Part and Assembly Search Based on Similarity and 3D Shape Attributes
Main Participants: Satyandra
Antonio Cardone, Mukul Karnik, and Abhijit Deshmukh
Sponsors: This project is being sponsored by the Naval Surface
Warfare Center at Indian Head,
Maryland and the Center for Energetic Concepts Development at the
Keywords: Shape Similarity, Shape Search, Part Retrieval, and
Intuitively, if two products are similar, it is possible to reuse
information about one product to derive corresponding information about
the other one. There are many possible applications where reuse of
information can be of significant value. Representative examples
include part-family formation, redesign suggestion generation, supplier
selection, cost estimation, tooling design, machine selection, stock
selection, and design reuse. Representative examples are illustrated
Most users currently browse CAD models manually to locate similar
parts. This is a very time consuming step and slows down the decision
making process. Most product development engineers spend a lot of time
searching for information. A search tool that can help in locating
parts and assemblies having similar application-specific features will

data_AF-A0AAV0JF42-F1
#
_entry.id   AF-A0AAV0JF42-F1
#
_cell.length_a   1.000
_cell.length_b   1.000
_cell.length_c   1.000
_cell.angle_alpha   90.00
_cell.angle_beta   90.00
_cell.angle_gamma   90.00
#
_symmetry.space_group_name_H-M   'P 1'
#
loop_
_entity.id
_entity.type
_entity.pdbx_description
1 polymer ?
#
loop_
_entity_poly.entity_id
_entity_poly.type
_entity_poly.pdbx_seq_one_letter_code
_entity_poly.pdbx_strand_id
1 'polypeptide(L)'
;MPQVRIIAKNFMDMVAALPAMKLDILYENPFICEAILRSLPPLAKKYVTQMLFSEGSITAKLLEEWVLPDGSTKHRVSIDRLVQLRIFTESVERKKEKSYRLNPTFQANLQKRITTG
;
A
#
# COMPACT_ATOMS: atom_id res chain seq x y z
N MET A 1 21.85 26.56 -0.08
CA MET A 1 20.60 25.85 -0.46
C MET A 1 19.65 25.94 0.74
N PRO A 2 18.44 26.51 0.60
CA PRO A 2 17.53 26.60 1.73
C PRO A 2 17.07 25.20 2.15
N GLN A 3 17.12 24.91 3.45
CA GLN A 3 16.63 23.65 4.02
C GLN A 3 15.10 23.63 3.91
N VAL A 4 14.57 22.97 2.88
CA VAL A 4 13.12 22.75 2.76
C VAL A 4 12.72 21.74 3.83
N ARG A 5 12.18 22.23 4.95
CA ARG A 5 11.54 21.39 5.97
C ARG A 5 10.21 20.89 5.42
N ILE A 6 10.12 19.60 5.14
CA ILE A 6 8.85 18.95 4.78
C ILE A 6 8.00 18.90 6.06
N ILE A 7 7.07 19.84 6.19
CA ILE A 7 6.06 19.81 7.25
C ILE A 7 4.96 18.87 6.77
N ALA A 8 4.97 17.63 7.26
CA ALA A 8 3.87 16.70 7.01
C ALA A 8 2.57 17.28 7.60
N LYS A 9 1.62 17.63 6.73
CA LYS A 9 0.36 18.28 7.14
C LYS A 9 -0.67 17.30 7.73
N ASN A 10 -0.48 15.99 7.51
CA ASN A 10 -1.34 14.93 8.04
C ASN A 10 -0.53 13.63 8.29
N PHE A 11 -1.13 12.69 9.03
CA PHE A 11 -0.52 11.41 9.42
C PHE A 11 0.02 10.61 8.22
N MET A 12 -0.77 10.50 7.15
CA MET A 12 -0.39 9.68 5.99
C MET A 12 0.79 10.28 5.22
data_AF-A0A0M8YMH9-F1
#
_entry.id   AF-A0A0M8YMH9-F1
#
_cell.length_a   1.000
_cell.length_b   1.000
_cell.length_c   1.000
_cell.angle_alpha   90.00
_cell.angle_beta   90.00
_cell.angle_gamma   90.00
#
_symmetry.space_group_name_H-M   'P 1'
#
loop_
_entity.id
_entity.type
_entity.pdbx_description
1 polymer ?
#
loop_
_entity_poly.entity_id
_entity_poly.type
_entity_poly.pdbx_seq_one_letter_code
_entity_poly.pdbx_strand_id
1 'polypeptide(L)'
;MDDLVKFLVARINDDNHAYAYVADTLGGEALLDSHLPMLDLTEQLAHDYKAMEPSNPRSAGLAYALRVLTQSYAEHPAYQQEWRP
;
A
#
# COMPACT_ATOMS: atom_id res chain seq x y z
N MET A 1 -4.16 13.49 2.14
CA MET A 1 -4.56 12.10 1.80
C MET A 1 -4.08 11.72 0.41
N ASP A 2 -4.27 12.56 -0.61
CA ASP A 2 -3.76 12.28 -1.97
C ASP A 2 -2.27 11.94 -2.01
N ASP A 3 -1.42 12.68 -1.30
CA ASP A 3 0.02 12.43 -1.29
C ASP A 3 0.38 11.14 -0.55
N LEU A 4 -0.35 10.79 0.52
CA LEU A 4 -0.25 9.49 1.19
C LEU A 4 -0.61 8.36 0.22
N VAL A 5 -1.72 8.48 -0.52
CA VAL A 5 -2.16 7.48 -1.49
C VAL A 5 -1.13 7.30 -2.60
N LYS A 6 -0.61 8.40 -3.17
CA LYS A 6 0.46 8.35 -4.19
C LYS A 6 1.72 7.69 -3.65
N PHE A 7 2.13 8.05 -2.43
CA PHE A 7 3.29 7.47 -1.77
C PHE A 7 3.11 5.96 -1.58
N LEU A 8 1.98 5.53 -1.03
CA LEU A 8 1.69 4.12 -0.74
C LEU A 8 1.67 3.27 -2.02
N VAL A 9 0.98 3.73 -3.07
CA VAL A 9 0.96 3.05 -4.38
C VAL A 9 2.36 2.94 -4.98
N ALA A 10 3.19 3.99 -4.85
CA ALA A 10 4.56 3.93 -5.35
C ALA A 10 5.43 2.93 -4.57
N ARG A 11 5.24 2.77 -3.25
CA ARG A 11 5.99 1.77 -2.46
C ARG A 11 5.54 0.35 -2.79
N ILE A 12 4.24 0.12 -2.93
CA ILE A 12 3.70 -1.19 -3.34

help in cutting down that time significantly and allow engineers to
spend more time on creative aspect of their jobs. By improving decision
making in design and planning functions, the shape similarity based
search tool is expected to play an important role in reducing costs and
reducing the time-to-market.
- Cost Estimation for Machined Parts. Nowadays, many job
shops allow designers to submit a 3D model of the part to be machined
over the Internet and provide a cost estimate based on the 3D part
model. For some manufacturing domains such as rapid prototyping,
reasonably accurate estimates of cost can be achieved by estimating
volume or weight of the part. However, for some manufacturing domains
such as machining, cost estimate depends on the geometric details of
the object and automated procedures are not available for doing
accurate cost estimation. Currently in such cases, humans perform cost